At 48.3% in 2018, corporate taxes in India among highest in the world

Besides making firms less competitive in the global arena, high taxes also impact corporate investments
Corporate income tax in India is among the highest in the world, with the tax rate growing steadily in recent years.

Of the 94 jurisdictions covered by the Organisation of Economic Cooperation and Development (OECD), India had the highest statutory tax rate of 48.3 per cent in 2018, double the global average tax rate of 24 per cent. The OECD’s calculation of combined corporate income tax includes headline tax, surcharge, cess, dividend distribution tax, and any other additional tax.

The headline tax rate for domestic companies with revenue over Rs 250 crore is 30 per cent; firms with revenue below Rs 250 crore are taxed at 25 per cent; and foreign companies attract a tax rate of 40 per cent. A surcharge of 7 per cent is applicable for domestic companies with taxable income between Rs 1 crore and Rs 10 crore, and 12 per cent for taxable income over Rs 10 crore. For foreign companies, the respective rates for surcharge are 2 per cent and 5 per cent. There is also a 4 per cent health and educational cess. Foreign companies pay a 50 per cent tax on royalty too. Besides, there is a dividend distribution tax of 20.56 per cent.

OECD calculations assume that companies distribute their entire annual profits as equity dividends to shareholders.  

The combined corporate tax rate in India is more than one-and-a-half times that of Japan (29.7 per cent), and over double that of Russia (20 per cent) and the UK (19 per cent). The OECD rates look at the standard rate which is not targeted at a particular industry or income type. The top marginal rate is used if countries have a progressive corporate tax system.

“Corporate taxes in India are on the higher side and the government should try to bring it down to the level now prevalent in competing jurisdictions,” Sudhir Kapadia, national tax leader, EY India, said.

Besides making firms less competitive in the global arena, high taxes also impact corporate investments.

Vipul Jhaveri, managing partner – tax, Deloitte, said: “Reducing corporate tax rates will incentivise companies to start investing in capital expenditure.”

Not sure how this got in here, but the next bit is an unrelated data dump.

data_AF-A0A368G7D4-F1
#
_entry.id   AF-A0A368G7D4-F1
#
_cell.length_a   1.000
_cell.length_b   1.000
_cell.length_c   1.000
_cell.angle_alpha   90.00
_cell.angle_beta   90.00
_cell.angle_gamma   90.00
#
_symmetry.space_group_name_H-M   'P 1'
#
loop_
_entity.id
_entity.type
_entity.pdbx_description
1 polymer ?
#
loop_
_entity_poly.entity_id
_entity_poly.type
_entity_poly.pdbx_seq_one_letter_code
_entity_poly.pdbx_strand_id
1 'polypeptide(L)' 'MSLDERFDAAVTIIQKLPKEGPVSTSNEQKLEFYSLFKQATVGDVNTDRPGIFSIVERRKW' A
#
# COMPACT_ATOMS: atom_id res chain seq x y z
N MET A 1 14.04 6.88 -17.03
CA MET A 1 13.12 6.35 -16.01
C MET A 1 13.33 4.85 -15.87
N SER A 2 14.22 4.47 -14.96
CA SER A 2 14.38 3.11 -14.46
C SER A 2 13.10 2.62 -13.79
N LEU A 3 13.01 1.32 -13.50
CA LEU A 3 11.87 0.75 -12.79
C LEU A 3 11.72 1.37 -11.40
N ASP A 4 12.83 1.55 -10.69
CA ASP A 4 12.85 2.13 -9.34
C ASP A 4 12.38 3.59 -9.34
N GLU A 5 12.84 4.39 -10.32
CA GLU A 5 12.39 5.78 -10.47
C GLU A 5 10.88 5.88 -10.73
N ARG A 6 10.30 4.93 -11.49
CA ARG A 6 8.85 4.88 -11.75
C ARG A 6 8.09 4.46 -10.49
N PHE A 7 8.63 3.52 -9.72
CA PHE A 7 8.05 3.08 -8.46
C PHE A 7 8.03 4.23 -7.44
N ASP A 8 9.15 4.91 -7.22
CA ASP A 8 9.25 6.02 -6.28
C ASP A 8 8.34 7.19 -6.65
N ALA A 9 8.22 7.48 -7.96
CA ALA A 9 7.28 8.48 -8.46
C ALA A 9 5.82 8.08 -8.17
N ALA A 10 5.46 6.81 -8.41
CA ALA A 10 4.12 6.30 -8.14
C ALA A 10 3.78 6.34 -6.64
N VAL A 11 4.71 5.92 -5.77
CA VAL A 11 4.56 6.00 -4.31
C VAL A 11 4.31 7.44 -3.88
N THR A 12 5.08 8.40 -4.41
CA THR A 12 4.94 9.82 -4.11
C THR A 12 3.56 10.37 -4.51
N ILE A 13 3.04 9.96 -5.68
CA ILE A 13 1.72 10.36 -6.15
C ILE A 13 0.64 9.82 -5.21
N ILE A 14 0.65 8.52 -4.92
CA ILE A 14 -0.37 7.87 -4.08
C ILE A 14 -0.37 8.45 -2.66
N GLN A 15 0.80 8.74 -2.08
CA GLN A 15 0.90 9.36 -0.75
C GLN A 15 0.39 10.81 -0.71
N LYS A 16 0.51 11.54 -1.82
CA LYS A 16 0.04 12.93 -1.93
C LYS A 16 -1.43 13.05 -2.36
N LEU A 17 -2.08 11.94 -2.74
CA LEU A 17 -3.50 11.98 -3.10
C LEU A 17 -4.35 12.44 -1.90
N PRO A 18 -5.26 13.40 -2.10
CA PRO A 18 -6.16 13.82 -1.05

Dhananjay Sinha, head of strategy and chief economist, IDFC Securities, said: “When tax rates are rising, as they have been in India in recent years, taxes eat away a greater part of incremental rise in profits, reducing financial incentive for companies to take risks with new projects.” All this has brought corporate taxes in focus ahead of the Union Budget next week. “It’s time the National Democratic Alliance government fulfils its earlier promise of lowering corporate tax rates in its second term,” said Kapadia. This will leave more money in the hands of companies to fund growth and capex. A tax cut will also boost corporate confidence that could trigger the new investment cycle by India Inc, he added. A cut in tax rates may be difficult at a time when the government has been scrambling for resources. Corporate tax is an important source of revenue in developing countries. It accounts for 15.3 per cent of revenues in Africa, and for the more developed OECD countries, it is only 9 per cent.

“India's fiscal position is already challenged and growth has slowed, despite fiscal impulses over the past six months. In the midst of slowing revenue collection, the quality of government spending has also deteriorated (consumption preferred over capex),” noted Tanvee Gupta Jain and Gautam Chhaochharia of UBS Securities.